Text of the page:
Hence, even domestically, the Yang di-Pertuan Agong and rulers do not have absolute immunity to begin with (albeit governed by certain special procedures) and can be held accountable for crimes. This was a crucial point which was never highlighted in the alleged presentation.

Fourth, it was alleged that Art 27 and 28(a) of the Rome Statute affects the position of the Yang di-Pertuan Agong. Again, if we look closer at Art 28(a) of the Rome Statute, the ICC only has jurisdiction to try a military commander who has “effective command and control” or “effective authority and control as the case may be”. A king who must act on the advice of the prime minister is very unlikely to be an “effective” commander of the armed forces – he is, at best, a symbolic figurehead.

Fifth, it was alleged that because the government ratified the Rome Statute without the consent of the Yang di-Pertuan Agong, this violates Art 46 of the Vienna Convention on the Law of Treaties (VCLT).

Art 46 of the VCLT says that, as a general rule, a state may not depart from treaty obligations on grounds that it is in violation of internal law regarding competence to conclude treaties. The only exception is if (a) such violation of internal law was manifest (it is considered manifest only if it would be objectively evident to any state), and (b) it concerned a rule of its internal law of fundamental importance.

Arguably, Malaysia cannot invoke the two exceptions to Art 46. Any violation cannot be considered “manifest”, nor can the internal law be of “fundamental importance” because it is clear that under the constitution no such consent by the Yang di-Pertuan Agong or Conference of Rulers – as with many other constitutional monarchies which have ratified the ICC – was required for ratification of foreign treaties.

Sixth, it was alleged that the interpretation of the “unable” or “unwilling” principle under Art 17 of the Rome Statute (which states that the ICC can only assume jurisdiction if states are “unable” or “unwilling” to act) “hanyalah berdasarkan keputusan pendakwa ICC semata-mata (based on the decision of ICC prosecutors alone).

This is untrue. Art 17 of the Rome Statute clearly provides that the ICC Court itself – and not the Prosecutor unilaterally – has the final say on whether the “unable” or “unwilling” principle is satisfied. Malaysia will have its day in court to argue the same if it does not agree with the prosecutor.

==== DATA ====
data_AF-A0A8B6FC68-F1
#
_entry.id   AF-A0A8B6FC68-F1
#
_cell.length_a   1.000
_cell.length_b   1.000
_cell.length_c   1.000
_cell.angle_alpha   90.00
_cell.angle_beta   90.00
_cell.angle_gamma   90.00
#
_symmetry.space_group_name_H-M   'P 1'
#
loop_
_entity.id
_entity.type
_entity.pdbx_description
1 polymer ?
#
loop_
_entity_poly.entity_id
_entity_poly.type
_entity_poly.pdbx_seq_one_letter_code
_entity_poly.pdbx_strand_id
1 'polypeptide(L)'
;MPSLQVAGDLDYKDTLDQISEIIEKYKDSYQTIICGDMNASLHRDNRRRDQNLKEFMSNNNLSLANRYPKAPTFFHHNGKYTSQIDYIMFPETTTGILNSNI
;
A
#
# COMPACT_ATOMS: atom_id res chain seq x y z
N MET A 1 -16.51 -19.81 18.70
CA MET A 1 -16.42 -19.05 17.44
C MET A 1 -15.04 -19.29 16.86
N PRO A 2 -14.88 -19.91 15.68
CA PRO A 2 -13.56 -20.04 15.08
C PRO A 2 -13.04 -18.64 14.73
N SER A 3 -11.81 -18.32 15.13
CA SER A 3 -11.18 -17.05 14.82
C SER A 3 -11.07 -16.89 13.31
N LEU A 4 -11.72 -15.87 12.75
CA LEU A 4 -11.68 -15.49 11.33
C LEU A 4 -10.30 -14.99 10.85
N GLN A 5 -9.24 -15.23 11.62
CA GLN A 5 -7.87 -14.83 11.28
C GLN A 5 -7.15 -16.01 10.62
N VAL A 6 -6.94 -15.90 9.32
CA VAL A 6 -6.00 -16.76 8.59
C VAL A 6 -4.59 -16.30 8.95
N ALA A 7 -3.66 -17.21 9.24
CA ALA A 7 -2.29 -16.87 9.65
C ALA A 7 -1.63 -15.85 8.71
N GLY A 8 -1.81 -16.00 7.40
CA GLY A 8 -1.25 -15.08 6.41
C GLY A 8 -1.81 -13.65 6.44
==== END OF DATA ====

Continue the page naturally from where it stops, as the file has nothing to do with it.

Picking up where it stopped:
And the ICC Court will arrive at a decision, as it did in Prosecutor v Katanga (Judgment on the Appeal against the Oral Decision of Trial Chamber II of 12 June 2009 on the Admissibility of the Case) (ICC, Appeals Chamber, Case No ICC-01/04-01/07-1497, 25 September 2009).

Seventh, it was alleged that “Malaysia yang tidak terjejas apa-apa dengan jenayah ini dan tidak terkat dengan krisis Rohingya di Myanmar tidak boleh memaksa ICC untuk mengambil tindakan ke atas Myanmar walaupun selepas menjadi ahil statut Rom. (Malaysia, which loses nothing with the crime and is not involved with the Rohingya crisis in Myanmar cannot force the ICC to take action against Myanmar even after acceding to the statute).”

This is inaccurate. As long as an element of a crime has been committed in a state party, then any state party can refer the matter to the ICC (see Art 14 of the Rome Statute).

This was decided in the recent ICC decision i.e. “Prosecution’s Request for a Ruling on Jurisdiction under Article 19(3) of the Statute” (Case No ICC-RoC46(3)-01/18-37, 9 April 2018). For example, if the Myanmar military has committed genocide on Rohingyas in Bangladesh (a state party) territory, even Malaysia (a state party) can initiate a referral to the ICC independent of Bangladesh.

Eighth, it was impressed that there have been attempts to prosecute royalties in the past. The example given was King Wilhelm II of Germany who was named in the Leipzig War Crimes Trials but had fled to the Netherlands, as well as Emperor Hirohito of Japan who was allegedly under the jurisdiction of the International Military Tribunal for the Far East after World War 2, but was spared by the US.

With respect, these are false equivalences. The German kaiser was an absolute monarch. So was the emperor of Japan, who under the Japanese constitution then, had divine power over his country from the Shinto belief that the emperor was the offspring of the sun goddess Amaterasu (only in 1946 was the emperor’s title changed from “imperial sovereign” to “constitutional monarch”).